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Thread: Improper integrals

  1. #1
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    Improper integrals

    Hi , I'm Mahler,
    Someone can help me? with these integrals.

    Need to know if I did it well.

    The first one is :

    $\displaystyle \int_{2}^{4}\frac{1}{x\sqrt{x^{2}-4}}dx $


    $\displaystyle
    f(x)=\frac{1}{x\sqrt{x^{2}-4}}=\frac{1}{x(2-x)^{1/2}(2+x)^{1/2}}$

    When $\displaystyle x\rightarrow2 , (2-x)^{1/2}\rightarrow0$
    $\displaystyle x\rightarrow2 , (2+x)^{1/2}\rightarrow2$

    Then,$\displaystyle f(x)\sim\frac{1}{4(2-x)^{1/2}}=\frac{A}{(2-x)^{m}} ,A=1/4\neq0,\neq+\infty
    $
    $\displaystyle m=1/2<1$ , the the integral converges.

    ...the second is $\displaystyle \int_{0}^{\infty}e^{-x^{2}}dx$ I think it should apply comparsion test, $\displaystyle \frac{1}{e^{x}}$ converges , ($\displaystyle \left|1/e^{x^{2}}\right|\leq1/e^{x}$) , $\displaystyle \int_{0}^{\infty}e^{-x^{2}}dx$ also converges .

    finally .. $\displaystyle \int_{2}^{\infty}\frac{1}{\sqrt{x}ln\left|x\right| }dx$ I think should compare with this function $\displaystyle \frac{1}{\sqrt{x}}$ . but I'm not sure

    thanks for everything.

    bye
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  2. #2
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    For the first one , substitute $\displaystyle x = \frac{1}{t} $ we have

    $\displaystyle \int_2^4 \frac{dx}{x\sqrt{x^2-4}} $

    $\displaystyle = \int_{0.25}^{0.5} \frac{dt}{\sqrt{1- (2t)^2 }} $

    $\displaystyle = \frac{1}{2} \left[ \sin^{-1}(2t) \right]_{0.25}^{0.5} $

    $\displaystyle = \frac{\pi}{6} $


    For the second one , It is unnecessary to write $\displaystyle |e^{-x^2}|$ because $\displaystyle e^{-x^2} > 0 , x\in \mathbb{R}$

    Also , your inequality is false for $\displaystyle 0 < x < 1 $ because

    $\displaystyle x^2 < x $ for $\displaystyle 0<x<1 $

    However , we still use this to prove it convergent :

    $\displaystyle \int_{0}^{\infty}e^{-x^{2}}dx = (\int_0^1 + \int_1^{\infty} ) e^{-x^2} ~dx $

    $\displaystyle = \int_0^1 e^{-x^2}~dx + \int_1^{\infty} e^{-x^2} ~dx $

    $\displaystyle < \int_0^1 e^{-x^2}~dx + \int_1^{\infty} e^{-x}~dx $

    Also we have $\displaystyle e^{-x^2} < 1 $ for $\displaystyle x > 0 $

    we conclude that

    $\displaystyle I < (1) - [ e^{-\infty} - e^{-1} ] = 1 + e^{-1}$

    thus it is convergent .


    For the last one , we have $\displaystyle \frac{1}{\sqrt{x}} > \frac{1}{x} $ , for $\displaystyle x >2 $ ( later you will know that why i compare with this )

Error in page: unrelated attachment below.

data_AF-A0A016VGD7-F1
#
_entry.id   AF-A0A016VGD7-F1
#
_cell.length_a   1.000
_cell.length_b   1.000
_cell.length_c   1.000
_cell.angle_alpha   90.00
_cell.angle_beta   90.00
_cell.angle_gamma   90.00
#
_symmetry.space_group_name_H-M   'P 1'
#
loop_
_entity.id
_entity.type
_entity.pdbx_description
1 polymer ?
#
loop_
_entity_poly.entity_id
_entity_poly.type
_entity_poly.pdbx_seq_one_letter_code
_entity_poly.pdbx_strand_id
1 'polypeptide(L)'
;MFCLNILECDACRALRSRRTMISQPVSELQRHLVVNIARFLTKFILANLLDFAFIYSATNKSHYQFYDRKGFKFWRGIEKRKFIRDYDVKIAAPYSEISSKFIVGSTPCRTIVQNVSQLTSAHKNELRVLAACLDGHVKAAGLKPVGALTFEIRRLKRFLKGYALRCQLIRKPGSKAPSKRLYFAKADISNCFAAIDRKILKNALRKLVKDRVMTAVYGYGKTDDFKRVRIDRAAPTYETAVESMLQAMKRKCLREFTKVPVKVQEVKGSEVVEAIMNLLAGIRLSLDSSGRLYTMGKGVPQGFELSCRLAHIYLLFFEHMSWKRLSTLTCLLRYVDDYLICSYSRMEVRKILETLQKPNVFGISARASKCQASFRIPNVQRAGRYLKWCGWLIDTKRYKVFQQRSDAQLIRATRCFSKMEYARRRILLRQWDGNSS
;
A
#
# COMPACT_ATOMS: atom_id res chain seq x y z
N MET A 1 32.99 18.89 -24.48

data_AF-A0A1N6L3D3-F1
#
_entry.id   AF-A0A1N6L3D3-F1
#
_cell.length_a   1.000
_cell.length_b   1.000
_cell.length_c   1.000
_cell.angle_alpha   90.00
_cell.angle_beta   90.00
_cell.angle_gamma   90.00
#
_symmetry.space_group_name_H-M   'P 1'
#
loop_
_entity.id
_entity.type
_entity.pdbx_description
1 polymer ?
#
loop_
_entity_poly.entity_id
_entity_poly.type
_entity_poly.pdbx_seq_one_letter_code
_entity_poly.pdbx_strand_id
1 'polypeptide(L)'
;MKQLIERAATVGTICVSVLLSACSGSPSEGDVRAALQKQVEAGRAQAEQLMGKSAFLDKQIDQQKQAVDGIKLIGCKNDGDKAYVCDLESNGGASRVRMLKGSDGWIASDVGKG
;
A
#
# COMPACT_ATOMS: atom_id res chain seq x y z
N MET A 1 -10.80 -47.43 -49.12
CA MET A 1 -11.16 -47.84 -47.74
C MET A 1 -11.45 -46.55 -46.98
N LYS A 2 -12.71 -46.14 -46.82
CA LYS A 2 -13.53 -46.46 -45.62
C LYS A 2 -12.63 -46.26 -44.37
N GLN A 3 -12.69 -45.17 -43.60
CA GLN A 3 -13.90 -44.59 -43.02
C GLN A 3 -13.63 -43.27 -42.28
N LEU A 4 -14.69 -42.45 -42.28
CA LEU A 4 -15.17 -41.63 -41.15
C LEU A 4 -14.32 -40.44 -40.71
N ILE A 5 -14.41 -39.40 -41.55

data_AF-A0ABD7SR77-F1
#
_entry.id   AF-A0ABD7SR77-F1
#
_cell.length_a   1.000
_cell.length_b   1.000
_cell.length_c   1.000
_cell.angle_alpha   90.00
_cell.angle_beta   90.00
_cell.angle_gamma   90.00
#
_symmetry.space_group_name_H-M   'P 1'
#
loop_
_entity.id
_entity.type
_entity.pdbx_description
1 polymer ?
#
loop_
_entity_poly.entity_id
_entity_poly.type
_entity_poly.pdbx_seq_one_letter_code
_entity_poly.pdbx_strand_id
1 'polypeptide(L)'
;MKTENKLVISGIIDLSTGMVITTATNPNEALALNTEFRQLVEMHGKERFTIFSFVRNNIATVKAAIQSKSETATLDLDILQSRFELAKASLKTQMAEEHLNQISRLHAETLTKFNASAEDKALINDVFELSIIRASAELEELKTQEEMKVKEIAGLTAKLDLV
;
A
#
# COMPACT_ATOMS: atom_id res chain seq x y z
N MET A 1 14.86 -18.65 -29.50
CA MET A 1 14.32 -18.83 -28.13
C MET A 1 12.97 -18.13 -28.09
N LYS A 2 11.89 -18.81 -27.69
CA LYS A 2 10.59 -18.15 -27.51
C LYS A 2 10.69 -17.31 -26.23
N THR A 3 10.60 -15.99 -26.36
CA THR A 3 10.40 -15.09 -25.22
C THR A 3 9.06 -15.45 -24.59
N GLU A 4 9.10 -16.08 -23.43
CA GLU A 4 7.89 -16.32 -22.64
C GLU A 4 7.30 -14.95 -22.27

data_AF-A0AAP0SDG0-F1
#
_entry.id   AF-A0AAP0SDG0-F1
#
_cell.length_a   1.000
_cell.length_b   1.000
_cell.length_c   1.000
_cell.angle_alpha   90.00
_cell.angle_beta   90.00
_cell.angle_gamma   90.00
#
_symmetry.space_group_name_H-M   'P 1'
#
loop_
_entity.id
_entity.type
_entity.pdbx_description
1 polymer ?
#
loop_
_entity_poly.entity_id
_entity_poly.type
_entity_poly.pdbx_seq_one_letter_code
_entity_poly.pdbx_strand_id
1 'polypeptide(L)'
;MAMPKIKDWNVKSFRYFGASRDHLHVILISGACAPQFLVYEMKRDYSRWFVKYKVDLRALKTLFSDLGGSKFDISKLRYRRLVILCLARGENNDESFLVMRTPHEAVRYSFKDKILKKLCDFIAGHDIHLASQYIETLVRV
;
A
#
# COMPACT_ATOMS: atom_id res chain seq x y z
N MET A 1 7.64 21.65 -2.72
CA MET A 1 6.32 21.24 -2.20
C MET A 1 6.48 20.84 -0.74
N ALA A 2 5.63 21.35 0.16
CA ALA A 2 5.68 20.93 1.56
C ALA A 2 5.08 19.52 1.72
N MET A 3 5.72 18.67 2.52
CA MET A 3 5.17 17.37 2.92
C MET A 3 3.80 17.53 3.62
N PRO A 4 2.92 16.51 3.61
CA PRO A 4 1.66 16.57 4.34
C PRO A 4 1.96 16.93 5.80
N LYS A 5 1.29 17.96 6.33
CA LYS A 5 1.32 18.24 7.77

$\displaystyle \int_2^{\infty} \frac{dx}{\sqrt{x}\ln(x)} > \int_2^{\infty} \frac{dx}{x\ln(x)}$

    sub $\displaystyle \ln(x) = t $ we obtain

    $\displaystyle \int_2^{\infty} \frac{dx}{x\ln(x)} = \lim_{a\to\infty} \ln[\ln(x)]_2^a = \infty $ ......
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  3. #3
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    thanks so much simplependulum , now I have another doubt ,

    to prove if this integral is convergent $\displaystyle I={\displaystyle \int_{-\infty}^{\infty}\cos(}\pi x)dx $ I do this:

    $\displaystyle I=\left(\int_{-\infty}^{0}+\int_{0}^{\infty}\right)\cos(\pi x)dx$ (thanks for this notation too, I didn't it know)

    $\displaystyle {\displaystyle -1\leq\cos(x)\leq1\Rightarrow}-1\leq\cos(\pi x)\leq1, $ like $\displaystyle {\displaystyle \int_{-\infty}^{\infty}}dx$ or ( $\displaystyle {\displaystyle \int_{0}^{\infty}}dx$ )diverges , $\displaystyle {\displaystyle \int_{-\infty}^{\infty}\cos(}\pi x)dx $ or also $\displaystyle {\displaystyle \int_{0}^{\infty}\cos(}\pi x)dx $ diverges, my reasoning is correct??.



    Generally ,this is correct? if $\displaystyle \displaystyle\int_{a}^{b}f $ and $\displaystyle \displaystyle\int_{a}^{b}g$ are two improper integrals , $\displaystyle {\displaystyle f(x)\leq g(x)} $, $\displaystyle \displaystyle\int_{a}^{b}g$ diverges, implies $\displaystyle \int_{a}^{b}f$ also diverges??

    When $\displaystyle \displaystyle\int_{a}^{b}g$ converges I know that if it is true ( implies $\displaystyle \int_{a}^{b}f$ converges ), but I'm not sure if is true when it diverges

    bye and thanks
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  4. #4
    Super Member
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    $\displaystyle
    I=\left(\int_{-\infty}^{0}+\int_{0}^{\infty}\right)\cos(\pi x)dx
    $

    haha actually , it is not a formal writing , i was just lazy to write longer ...

    For this problem , you can find that

    $\displaystyle \lim_{x\to\infty} f(x)~ \neq 0 $

    so the integral diverges . I think it is not suitable to compare with other integral . In your case , $\displaystyle \int_0^{\infty}\cos(\pi x)~dx < [ divergent ~integral ] $ doesn't imply the integral also diverges .

    However , in other case if you can prove that $\displaystyle I > [ divergent ~integral ]$ , then $\displaystyle I $ diverges . (I assume the two integrals we compare are always positive . )
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